It’s the association’s view that people could be more easily convinced to change the way they make short trips rather than longer ones – such as driving to work. It has expressed concerns the Government has chosen to focus too much on major cycleways in a recent submission to consultation on the Government’s draft active travel plan.

“The linear routes connecting town centres look nice on a map, but they will likely only serve the small section of the population which regularly rides lengthy distances,” the association’s submission to the consultation said.

It says those longer trips could be better served by public transport.

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Association chair Ryan Hemsley described the Government’s vision as exciting but said delivering the plan would be the hard part.

“Canberra already has a reasonably good network of bikeways connecting our town centres. But right now, only so many of us are willing or able to ride ten or more kilometres to work each day. It’s time now to focus on the smaller, local routes which will get people riding to school, the shops, and onto transport,” he said.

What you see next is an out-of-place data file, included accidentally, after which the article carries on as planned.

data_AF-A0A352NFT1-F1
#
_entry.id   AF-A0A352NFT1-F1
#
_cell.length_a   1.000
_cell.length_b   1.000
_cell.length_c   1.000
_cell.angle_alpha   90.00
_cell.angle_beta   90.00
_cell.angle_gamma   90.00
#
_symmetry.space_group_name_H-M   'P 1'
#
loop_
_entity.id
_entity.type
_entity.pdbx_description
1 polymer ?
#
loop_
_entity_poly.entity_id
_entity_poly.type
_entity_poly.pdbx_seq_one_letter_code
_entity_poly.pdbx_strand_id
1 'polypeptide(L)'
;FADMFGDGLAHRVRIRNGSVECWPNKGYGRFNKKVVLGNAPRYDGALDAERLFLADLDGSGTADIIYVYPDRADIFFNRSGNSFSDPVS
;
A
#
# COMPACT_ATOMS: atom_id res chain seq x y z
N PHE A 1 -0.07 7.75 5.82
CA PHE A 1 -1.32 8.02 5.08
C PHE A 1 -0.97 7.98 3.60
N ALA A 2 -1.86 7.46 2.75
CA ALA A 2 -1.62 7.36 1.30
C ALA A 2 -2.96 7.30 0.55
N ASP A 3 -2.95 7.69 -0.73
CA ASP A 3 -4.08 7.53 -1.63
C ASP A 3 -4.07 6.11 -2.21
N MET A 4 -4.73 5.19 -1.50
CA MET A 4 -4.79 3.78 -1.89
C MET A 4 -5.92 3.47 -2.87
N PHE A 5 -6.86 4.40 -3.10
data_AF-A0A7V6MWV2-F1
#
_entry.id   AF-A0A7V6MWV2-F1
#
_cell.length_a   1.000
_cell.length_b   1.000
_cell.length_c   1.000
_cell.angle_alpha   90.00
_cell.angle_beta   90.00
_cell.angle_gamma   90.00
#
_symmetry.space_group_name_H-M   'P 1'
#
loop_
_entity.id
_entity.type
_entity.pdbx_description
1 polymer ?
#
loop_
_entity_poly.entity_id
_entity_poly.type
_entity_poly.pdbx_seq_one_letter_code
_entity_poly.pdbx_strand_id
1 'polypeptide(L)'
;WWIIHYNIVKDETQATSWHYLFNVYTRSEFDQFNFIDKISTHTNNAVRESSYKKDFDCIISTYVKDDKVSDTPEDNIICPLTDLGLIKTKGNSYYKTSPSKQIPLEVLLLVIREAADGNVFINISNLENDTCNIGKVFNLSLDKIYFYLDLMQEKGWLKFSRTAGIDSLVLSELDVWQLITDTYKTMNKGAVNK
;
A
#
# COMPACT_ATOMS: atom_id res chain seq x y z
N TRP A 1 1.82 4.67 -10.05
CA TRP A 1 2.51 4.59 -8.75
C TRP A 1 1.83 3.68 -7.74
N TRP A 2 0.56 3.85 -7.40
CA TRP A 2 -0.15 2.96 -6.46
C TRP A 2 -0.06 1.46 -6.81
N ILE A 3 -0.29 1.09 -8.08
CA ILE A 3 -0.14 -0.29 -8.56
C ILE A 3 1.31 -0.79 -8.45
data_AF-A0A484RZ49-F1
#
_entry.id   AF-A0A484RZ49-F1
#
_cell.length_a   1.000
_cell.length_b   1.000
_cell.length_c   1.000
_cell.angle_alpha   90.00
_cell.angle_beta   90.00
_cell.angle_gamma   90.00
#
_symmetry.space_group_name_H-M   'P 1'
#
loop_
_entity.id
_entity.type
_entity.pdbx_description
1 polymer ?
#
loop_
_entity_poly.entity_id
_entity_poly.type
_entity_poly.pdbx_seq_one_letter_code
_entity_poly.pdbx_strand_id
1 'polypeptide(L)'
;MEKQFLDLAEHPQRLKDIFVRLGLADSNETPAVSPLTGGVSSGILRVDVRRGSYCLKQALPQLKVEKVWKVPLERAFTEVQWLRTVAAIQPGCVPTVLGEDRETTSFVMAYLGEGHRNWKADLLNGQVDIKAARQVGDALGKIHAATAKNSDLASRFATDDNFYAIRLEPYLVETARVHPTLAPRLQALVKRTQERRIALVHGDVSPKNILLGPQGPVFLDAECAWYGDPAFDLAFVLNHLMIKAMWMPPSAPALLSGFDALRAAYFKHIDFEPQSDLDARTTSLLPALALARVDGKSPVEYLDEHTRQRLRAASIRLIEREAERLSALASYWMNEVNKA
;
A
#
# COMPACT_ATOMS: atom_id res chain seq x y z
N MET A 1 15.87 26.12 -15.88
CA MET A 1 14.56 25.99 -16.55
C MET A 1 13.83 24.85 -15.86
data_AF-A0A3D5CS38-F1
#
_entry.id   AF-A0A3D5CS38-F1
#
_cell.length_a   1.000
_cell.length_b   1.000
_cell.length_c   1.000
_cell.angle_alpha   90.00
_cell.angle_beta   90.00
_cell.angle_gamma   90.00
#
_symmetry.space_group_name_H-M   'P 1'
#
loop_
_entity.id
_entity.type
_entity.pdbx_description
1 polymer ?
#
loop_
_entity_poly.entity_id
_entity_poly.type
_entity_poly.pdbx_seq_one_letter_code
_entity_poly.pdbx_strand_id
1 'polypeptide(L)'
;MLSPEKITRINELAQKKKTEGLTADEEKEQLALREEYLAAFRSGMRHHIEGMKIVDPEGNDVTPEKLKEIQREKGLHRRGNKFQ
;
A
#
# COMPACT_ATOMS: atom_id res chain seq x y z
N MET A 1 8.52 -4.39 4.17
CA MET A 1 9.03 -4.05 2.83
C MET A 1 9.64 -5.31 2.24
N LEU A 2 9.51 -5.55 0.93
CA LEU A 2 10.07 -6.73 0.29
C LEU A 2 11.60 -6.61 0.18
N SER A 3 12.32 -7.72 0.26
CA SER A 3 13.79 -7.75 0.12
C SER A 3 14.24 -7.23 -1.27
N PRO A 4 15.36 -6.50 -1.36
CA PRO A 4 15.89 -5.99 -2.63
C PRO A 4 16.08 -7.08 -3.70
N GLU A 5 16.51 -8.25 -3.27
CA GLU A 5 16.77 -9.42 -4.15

“We’re also very excited about how our established street hierarchy could be part of the solution. For example, many collector streets built during the 1960s-1980s are very wide and encourage cars to drive at excessive speeds. Some modest changes would make them safer and much more inviting places to walk and ride.”

Minister for Transport and City Services Chris Steel released the government’s draft active travel plan in July.

It contained a range of measures aimed at encouraging greater take-up of travel options such as walking, cycling, e-scootering and skateboarding.

The ACT Government will also next year consult with the community on changing the speed limit from 50 km/h to 40 km/h in suburban local streets and trial partial street closures and chicanes.

Consultation has now closed on the draft travel plan.